EPOS: The Benefits
If you’re great at sourcing products, obsessed with customer experience and generally doing well, then computerised till systems, or EPOS (Electronic Point Of Sale), may seem unnecessary. However, EPOS has come a long way in recent years, and offers a lot more than just a PC with a bar code reader. For that reason it’s probably worth asking whether the time has come to take the plunge. The trouble is, sales people will claim a list of benefits as long as your arm, and it can be hard to know which are genuinely useful. Here are some pointers to help you sort through the mess and see if EPOS actually does make sense for your business.
Better stock control is the most often-cited benefit of EPOS. If your products are suitable, it helps you reduce stock levels by maintaining up to date stock information and automatically generating purchase orders. This is good, but even better is the way you can use the resulting information to increase profitability.
By identifying slow and fast moving items and pricing them accordingly, you can adjust your prices to make the best of prevailing trading conditions. If an item is flying off the shelves, then adding a few pence to the price may be a shrewd move. At the same time, slower-moving items may be over-priced, and you can trim them accordingly. The key is to base your decisions on facts rather than guesswork.
In a store with a limited number of lines, stock control may be irrelevant, especially to people retailing one-off items like antique furniture. For others, however, the value of the stock released could pay for an EPOS installation on its own, while also increasing sales.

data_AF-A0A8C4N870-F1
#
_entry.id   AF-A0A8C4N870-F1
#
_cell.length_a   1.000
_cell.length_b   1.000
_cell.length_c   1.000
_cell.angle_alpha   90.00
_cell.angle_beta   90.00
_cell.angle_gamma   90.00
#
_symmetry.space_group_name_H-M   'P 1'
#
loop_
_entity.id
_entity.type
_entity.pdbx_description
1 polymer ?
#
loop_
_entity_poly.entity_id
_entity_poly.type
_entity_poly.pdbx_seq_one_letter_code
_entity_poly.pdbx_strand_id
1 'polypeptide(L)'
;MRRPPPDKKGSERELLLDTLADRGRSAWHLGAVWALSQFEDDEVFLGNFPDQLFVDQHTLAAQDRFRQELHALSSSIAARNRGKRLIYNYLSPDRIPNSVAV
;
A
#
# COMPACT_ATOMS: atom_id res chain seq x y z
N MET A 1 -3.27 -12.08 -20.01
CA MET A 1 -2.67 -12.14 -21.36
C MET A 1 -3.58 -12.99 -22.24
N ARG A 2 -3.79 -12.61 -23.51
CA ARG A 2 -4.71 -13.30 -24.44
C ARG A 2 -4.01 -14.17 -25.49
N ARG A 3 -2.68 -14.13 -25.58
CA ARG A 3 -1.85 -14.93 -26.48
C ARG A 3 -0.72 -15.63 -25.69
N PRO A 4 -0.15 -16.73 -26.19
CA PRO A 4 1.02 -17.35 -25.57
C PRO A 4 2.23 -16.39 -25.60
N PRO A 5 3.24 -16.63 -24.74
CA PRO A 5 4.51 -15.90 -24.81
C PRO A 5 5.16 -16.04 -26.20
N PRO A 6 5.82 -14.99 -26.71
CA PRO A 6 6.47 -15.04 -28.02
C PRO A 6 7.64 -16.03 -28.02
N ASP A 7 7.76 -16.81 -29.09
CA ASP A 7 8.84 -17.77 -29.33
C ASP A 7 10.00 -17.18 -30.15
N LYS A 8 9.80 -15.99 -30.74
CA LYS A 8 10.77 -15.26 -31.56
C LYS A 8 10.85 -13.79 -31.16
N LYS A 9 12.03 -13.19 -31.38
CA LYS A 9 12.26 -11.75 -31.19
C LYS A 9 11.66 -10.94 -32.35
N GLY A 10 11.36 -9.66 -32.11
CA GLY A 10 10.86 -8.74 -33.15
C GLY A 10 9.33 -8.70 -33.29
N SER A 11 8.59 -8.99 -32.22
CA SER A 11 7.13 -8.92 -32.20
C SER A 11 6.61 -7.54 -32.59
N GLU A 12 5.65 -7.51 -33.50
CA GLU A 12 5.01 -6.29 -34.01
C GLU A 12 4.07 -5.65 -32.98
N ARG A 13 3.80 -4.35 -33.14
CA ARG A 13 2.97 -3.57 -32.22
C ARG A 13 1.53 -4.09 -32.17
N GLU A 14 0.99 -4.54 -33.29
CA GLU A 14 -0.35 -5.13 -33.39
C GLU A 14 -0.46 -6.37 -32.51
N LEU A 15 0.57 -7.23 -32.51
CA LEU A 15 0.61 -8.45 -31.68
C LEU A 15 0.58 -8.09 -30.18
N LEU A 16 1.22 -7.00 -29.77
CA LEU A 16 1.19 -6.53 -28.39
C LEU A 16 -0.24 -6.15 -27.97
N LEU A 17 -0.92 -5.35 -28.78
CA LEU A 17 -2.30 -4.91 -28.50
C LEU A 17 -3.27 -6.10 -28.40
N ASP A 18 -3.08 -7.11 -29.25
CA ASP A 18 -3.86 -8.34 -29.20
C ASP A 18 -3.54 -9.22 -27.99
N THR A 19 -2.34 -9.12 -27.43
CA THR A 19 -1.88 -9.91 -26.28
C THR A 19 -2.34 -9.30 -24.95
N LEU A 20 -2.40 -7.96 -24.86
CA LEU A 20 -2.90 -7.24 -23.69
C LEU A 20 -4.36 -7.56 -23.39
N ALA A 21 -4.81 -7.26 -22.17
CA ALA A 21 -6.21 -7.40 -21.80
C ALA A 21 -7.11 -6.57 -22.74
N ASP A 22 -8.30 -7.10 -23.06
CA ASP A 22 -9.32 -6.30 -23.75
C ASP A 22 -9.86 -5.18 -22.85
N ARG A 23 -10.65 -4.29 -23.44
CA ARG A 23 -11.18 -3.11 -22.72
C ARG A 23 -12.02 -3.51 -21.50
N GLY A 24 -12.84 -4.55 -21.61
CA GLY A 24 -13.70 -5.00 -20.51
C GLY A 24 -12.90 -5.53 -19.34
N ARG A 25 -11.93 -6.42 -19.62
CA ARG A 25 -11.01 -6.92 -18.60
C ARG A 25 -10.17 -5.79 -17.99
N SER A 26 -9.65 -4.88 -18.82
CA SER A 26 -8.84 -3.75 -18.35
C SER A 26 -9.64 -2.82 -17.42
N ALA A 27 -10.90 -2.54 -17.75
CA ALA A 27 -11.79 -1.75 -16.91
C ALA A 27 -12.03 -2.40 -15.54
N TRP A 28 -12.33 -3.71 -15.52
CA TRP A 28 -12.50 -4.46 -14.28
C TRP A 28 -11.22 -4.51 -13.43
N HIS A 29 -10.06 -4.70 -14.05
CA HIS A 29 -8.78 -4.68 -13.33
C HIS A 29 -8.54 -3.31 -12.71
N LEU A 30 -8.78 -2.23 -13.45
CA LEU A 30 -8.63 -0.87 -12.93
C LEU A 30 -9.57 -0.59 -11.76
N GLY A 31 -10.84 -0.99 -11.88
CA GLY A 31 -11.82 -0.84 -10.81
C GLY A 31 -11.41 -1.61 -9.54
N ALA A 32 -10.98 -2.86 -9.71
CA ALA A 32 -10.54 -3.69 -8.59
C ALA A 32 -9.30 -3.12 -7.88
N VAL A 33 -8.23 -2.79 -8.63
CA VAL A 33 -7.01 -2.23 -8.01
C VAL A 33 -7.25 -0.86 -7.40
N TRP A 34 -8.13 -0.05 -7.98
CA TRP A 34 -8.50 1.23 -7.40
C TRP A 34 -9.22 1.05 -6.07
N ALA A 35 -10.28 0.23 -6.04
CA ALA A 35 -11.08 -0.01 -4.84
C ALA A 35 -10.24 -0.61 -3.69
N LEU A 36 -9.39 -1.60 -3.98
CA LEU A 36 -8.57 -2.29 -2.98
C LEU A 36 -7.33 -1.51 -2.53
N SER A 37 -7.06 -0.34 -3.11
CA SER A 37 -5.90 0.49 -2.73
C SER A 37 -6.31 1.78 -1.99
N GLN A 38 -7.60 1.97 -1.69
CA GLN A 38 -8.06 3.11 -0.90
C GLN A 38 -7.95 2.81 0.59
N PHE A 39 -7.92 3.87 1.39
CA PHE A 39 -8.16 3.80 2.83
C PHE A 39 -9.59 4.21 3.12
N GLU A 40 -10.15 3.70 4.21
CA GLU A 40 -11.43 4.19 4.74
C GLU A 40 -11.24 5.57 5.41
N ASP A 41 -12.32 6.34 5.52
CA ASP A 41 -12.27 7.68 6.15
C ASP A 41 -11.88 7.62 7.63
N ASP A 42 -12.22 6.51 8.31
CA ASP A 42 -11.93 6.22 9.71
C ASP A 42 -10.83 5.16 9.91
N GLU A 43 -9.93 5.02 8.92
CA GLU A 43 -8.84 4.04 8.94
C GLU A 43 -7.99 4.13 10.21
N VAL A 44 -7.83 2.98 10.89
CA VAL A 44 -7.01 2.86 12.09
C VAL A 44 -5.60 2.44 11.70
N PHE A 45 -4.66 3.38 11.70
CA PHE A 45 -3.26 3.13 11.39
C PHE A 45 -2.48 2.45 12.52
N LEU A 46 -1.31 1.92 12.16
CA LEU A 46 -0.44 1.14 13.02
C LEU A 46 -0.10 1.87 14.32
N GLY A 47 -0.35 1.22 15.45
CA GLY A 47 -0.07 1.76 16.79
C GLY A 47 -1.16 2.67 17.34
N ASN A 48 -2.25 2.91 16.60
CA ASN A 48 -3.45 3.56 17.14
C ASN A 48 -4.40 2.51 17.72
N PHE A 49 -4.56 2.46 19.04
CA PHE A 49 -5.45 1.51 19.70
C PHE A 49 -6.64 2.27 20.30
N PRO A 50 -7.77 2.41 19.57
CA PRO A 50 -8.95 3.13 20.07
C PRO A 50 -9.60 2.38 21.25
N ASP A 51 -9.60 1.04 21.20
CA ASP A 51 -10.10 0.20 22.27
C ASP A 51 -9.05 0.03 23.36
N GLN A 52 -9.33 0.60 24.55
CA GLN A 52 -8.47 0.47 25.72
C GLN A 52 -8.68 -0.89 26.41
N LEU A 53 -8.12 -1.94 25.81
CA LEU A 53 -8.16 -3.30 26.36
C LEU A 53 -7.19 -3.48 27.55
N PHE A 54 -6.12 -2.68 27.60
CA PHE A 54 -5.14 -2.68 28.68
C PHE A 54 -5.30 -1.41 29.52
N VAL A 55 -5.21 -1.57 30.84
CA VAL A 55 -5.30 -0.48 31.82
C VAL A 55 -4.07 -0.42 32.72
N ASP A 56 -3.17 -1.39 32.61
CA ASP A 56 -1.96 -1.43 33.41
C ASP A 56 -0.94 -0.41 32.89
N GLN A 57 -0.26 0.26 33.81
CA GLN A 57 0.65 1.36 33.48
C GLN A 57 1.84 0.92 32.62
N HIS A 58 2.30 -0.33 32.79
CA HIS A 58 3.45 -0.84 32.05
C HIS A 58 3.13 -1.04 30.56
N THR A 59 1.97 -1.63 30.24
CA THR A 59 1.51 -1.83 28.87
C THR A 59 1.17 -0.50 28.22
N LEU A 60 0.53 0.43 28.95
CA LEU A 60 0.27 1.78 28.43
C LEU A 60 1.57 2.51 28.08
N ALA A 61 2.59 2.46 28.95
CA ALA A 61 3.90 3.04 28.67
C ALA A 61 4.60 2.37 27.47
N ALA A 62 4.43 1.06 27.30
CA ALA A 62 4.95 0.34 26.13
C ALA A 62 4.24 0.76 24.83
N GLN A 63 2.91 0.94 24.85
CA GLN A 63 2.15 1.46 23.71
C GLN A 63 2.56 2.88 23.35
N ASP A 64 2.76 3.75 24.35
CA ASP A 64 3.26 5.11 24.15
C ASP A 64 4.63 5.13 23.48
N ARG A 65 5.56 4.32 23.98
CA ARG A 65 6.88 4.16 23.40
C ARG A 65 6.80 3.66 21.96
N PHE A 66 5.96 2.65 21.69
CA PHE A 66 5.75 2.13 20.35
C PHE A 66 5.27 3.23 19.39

If you are an employer, of non-family members in particular, then being able to monitor staff performance (and honesty) can pay dividends. Added to that, you can measure the results of changing opening hours; find out when you are busiest; and measure the impact of moving products around the store. If you fancy yourself as a top merchandiser, then EPOS will either confirm your suspicion, or explain why your team groans every time you walk through the door.
Saving time is another frequently touted EPOS benefit, although the impact depends on a number of factors. If your goods are bar-coded, you don’t need to price each item individually. You also save time at checkout, because bar code scanning is faster and less error prone than pressing buttons.
Without knowing a lot more about your business, I can’t really say whether EPOS is right for you. Hopefully, there’s enough information here to make an informed decision on whether to take things further.
One final thought. All big retailers use EPOS systems. If there was any doubt about the business case, at least some of them would have rejected it. They may be big and you may be smaller, but with EPOS systems now costing from £1,500, small can also be beautiful.
Chris Barling is CEO of EPOS supplier Actinic Software, who specialise in retailing systems for smaller businesses. Call them on 0845 129 4800